Converting Low-Grade Heat into Electrical Power

 

 

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Introduction

 

Low-Grade Heat Sources

        Solar Thermal
        Geothermal
        Industrial Waste Heat
        Cogeneration

 Organic Rankine Cycle

    The organic Rankine cycle (ORC) applies the principle of the steam Rankine cycle, but uses organic working fluids with low boiling points, instead of steam, to recover heat from a lower temperature heat source. Fig. 1 below shows a schematic of  an ORC and its process plotted in a T-s diagram in Fig.2. The cycle consists of an expansion turbine, a condenser, a pump, a boiler, and a superheater (provided that superheat is needed).

 

Fig.1 A schematic of an organic Rankine cycle 

  

Fig.2 The process of a organic Rankine using R11 as the working fluid

    The working fluid of an organic Rankine cycle is very importmant. Pure working fluids such as HCFC123 (CHCl2CF3), PF5050 (CF3(CF2)3CF3), HFC-245fa (CH3CH2CHF2), HFC-245ca (CF3CHFCH2F), isobutene ((CH3)2C=CH2), n-pentane and aromatic hydrocarbons, have been studied for organic Rankine cycles. Fluid mixtures were also proposed for organic Rankine cycles [1-8]. The organic working fluids have many different characteristics than water [9]. The slope of the saturation curve of a working fluid in a T-S diagram can be positive (e.g. isopentane), negative (e.g. R22) or vertical (e.g. R11), and the fluids are accordingly called “wet”, “dry” or “isentropic”, respectively. Wet fluids, like water, usually need to be superheated, while many organic fluids, which may be dry or isentropic, don’t need superheating. Another advantage of organic working fluids is that the turbine built for ORCs typically requires only a single-stage expander, resulting in a simpler, more economical system in terms of capital costs and maintenance [10].

Examples--Organic Rankine cycle power plant

    Among all these thermodynamic cycles for low-grade heat-to-power conversion, organic Rankine cycle is so far the most commercially developed one. Both large scales and small scales power plants and units can be found in operation.

    Arizona Public Service Company (APS) completed construction of a solar trough organic Rankine cycle power plant in the United Stats in 2007, which is the first new organic Rankine cycle power plant built in the past two decades, and the first power plant that combines solar though technology with an organic Rankine cycle power block (See Fig.3).

Fig. 3 Organic Rankine cycle power plant in Saguaro, Arizona

Figure source: www.altenerg.com/.../index.php?content_id=51

    Turbine is the most important part in a organic Rankine cycle system. Ormat and Infinity are among the leading companies that specialize in turbine design and manufacture for organic Rankine cycles. The turbine used in the above mentioned organic Rankine cycle power plant in Saguaro, Arizona is from Ormat International.  Beside the large scale systems, portable system for decentralized users are also available. Below is a10 kilowatt organic Rankine cycle power generation unit. A unit like this could be very useful for remote areas.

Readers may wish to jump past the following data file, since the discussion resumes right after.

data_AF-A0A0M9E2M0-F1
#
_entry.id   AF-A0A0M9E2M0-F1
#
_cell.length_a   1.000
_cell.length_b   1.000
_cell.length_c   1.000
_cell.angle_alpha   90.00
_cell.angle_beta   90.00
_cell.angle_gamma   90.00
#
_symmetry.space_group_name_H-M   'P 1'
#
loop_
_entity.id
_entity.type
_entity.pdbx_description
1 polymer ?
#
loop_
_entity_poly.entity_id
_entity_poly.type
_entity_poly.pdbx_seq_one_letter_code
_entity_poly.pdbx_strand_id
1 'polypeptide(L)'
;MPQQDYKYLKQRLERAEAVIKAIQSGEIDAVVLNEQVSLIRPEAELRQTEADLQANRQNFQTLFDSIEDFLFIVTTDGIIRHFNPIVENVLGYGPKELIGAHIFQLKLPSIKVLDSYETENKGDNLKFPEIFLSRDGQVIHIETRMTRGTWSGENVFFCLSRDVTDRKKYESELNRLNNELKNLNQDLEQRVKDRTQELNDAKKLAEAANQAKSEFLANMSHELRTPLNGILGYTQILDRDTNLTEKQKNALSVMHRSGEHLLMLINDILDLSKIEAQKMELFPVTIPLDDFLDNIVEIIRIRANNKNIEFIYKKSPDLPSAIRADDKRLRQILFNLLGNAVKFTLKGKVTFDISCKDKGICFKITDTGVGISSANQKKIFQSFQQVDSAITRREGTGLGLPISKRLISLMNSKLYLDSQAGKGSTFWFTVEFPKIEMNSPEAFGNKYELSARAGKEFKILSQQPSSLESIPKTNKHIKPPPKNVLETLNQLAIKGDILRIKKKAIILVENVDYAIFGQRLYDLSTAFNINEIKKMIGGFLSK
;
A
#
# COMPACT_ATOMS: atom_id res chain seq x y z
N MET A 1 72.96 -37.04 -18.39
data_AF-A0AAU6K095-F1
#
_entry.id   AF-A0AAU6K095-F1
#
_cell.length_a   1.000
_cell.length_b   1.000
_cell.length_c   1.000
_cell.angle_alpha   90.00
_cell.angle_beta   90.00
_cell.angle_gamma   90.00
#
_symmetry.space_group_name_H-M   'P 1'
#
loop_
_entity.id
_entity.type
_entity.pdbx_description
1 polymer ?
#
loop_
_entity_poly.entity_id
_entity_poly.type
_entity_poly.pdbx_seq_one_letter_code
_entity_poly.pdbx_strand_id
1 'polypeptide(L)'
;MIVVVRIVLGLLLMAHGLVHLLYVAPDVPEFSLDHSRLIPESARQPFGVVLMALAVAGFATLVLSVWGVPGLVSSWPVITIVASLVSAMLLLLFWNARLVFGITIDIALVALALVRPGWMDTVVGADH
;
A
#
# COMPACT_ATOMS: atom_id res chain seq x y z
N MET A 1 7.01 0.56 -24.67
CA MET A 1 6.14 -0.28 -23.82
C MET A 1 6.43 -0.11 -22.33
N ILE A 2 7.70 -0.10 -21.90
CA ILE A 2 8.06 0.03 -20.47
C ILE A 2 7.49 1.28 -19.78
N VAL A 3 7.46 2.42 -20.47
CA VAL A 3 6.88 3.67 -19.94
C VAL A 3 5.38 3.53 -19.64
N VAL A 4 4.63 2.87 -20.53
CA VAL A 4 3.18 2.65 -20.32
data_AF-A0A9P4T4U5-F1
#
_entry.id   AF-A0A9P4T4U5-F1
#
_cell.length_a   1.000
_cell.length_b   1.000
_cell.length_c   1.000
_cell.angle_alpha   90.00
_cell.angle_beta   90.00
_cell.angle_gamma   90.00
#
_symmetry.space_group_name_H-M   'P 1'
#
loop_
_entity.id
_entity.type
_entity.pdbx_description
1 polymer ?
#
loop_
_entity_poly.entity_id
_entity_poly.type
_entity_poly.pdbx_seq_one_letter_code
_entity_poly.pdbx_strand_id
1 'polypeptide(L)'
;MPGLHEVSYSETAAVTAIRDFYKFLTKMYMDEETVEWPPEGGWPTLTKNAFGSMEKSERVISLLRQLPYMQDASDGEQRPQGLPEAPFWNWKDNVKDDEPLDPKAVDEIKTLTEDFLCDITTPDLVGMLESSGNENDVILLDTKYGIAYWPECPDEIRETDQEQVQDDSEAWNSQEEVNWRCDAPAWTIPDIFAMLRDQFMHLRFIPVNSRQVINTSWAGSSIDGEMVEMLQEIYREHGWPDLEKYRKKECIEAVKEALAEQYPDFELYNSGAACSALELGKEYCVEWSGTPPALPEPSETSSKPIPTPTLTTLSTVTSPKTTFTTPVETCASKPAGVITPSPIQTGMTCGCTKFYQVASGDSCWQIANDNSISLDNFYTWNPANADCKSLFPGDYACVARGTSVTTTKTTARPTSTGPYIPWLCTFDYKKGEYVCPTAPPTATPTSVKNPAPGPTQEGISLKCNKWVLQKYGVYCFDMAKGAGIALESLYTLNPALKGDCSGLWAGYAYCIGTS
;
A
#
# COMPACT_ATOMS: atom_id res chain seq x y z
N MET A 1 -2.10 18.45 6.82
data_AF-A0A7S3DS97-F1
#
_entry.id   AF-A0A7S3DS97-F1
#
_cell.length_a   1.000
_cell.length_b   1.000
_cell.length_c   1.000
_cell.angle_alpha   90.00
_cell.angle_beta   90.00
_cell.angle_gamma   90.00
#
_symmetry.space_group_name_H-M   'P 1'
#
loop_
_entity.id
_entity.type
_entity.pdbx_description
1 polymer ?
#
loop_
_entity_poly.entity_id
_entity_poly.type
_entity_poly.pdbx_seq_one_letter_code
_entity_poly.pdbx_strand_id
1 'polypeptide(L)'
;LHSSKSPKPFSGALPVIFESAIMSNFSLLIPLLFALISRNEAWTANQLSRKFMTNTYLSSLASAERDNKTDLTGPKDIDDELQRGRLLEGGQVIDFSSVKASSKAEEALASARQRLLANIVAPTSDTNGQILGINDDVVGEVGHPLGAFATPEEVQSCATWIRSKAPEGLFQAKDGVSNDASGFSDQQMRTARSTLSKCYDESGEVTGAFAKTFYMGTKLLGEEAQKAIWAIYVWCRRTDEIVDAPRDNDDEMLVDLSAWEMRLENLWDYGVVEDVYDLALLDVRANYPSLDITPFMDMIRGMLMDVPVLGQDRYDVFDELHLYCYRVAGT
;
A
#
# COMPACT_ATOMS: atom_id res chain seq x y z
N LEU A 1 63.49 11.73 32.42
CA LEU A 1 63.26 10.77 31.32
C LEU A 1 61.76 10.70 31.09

Fig. 4 A portable organic Rankine cycle power generation system

 

References

[1]  V. Maizza and A. Maizza, “Working fluids in non-steady flows for waste energy recovery systems,” Applied Thermal Engineering,  vol. 16, 1996, pp. 579-590.

[2]  K. Gawlik and V. Hassani, “Advanced binary cycles: optimum working fluids,” Energy Conversion Engineering Conference, 1997. IECEC-97., Proceedings of the 32nd Intersociety, 1997, pp. 1809-1814 vol.3.

[3]  V. Maizza and A. Maizza, “Unconventional working fluids in organic Rankine-cycles for waste energy recovery systems,” Applied Thermal Engineering,  vol. 21, 2001, pp. 381-390.

[4]  G. Angelino and P. Colonna di Paliano, “Multicomponent Working Fluids For Organic Rankine Cycles (ORCs),” Energy,  vol. 23, 1998, pp. 449-463.

[5]  C.J. Bliem and G. Mines, “Supercritical binary geothermal cycle experiments with mixed-hydrocarbon working fluids and a near-horizontal in-tube condenser ,” Report, 1989.

[6]  X. Wang and L. Zhao, “Analysis of zeotropic mixtures used in low-temperature solar Rankine cycles for power generation,” Solar Energy,  vol. 83, May. 2009, pp. 605-613.

[7]  A. Borsukiewicz-Gozdur and W. Nowak, “Comparative analysis of natural and synthetic refrigerants in application to low temperature Clausius-Rankine cycle,” Energy,  vol. 32, Apr. 2007, pp. 344-352.

[8]  R. Radermacher, “Thermodynamic and heat transfer implications of working fluid mixtures in Rankine cycles,” International Journal of Heat and Fluid Flow,  vol. 10, Jun. 1989, pp. 90-102.

[9]  W.B. Stine and R.W. Harrigan, Solar Energy Fundamentals and Design, Wiley, 1985.

[10]  W.C. Andersen and T.J. Bruno, “Rapid screening of fluids for chemical stability in organic rankine cycle applications,” Ind. Eng. Chem. Res,  vol. 44, 2005, pp. 5560-5566.

 

 

 

Thermodynamic Cycles for the Conversion

        Kalina Cycle
        Goswami Cycle
        Trilateral Flash Cycle
        Organic Rankine Cycle
        Supercritical Rankine Cycle